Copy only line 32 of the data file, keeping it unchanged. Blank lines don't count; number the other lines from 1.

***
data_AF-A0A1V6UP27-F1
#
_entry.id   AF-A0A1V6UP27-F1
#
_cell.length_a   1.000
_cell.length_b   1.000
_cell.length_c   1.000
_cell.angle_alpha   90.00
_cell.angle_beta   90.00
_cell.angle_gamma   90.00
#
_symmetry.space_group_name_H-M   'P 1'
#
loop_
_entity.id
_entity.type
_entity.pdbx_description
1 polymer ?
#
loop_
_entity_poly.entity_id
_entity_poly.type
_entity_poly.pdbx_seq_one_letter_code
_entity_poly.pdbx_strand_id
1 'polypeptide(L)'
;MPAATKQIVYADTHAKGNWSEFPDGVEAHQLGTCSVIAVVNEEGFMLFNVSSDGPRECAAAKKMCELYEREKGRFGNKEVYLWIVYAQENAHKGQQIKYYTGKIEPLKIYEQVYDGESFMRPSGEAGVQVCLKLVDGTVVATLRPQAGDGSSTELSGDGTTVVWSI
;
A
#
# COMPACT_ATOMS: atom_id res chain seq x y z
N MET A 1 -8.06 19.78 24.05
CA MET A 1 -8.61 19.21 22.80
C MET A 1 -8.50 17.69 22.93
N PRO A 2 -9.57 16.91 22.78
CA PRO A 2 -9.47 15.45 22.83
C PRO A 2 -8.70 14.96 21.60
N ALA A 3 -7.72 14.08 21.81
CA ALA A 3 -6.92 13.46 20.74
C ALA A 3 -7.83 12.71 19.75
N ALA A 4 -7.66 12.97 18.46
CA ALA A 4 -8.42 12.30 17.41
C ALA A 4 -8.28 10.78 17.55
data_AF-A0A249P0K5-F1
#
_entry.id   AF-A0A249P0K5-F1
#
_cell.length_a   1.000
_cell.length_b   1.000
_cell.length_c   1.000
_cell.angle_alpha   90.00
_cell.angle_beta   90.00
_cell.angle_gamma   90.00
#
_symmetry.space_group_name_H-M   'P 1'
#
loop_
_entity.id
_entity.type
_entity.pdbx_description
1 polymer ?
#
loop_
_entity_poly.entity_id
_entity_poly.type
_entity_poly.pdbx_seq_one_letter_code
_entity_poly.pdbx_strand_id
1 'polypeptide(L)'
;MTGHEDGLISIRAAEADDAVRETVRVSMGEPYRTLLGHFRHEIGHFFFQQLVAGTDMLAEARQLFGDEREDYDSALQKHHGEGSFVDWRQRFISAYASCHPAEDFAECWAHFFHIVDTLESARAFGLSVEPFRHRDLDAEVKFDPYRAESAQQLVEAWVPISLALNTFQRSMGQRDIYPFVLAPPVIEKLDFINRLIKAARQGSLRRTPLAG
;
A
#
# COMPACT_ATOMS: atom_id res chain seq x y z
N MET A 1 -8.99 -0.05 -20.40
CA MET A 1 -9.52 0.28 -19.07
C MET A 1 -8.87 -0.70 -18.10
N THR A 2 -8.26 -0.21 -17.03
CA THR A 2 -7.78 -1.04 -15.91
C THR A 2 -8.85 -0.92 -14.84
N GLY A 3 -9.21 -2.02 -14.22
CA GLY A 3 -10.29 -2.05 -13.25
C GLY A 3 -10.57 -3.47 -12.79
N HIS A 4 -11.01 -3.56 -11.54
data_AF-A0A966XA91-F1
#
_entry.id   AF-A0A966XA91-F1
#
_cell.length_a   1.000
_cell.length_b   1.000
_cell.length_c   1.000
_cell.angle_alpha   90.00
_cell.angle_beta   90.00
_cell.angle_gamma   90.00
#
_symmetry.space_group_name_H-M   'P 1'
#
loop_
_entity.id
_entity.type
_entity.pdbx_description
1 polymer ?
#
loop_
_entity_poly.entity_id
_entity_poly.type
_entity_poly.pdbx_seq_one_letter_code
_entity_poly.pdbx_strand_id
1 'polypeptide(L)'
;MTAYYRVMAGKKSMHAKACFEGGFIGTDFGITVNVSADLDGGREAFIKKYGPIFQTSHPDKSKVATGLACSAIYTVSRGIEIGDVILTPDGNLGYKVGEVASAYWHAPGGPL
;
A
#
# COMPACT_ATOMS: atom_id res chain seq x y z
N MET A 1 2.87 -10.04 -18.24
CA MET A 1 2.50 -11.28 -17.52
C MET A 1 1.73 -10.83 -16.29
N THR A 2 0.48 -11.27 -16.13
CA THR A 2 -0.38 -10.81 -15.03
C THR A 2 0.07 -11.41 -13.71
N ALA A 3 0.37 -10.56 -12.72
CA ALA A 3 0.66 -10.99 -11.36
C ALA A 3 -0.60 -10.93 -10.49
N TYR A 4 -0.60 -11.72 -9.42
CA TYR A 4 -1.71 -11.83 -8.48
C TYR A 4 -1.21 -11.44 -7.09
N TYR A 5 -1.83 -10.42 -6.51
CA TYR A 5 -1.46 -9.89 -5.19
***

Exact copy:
CA MET A 1 -8.61 19.21 22.80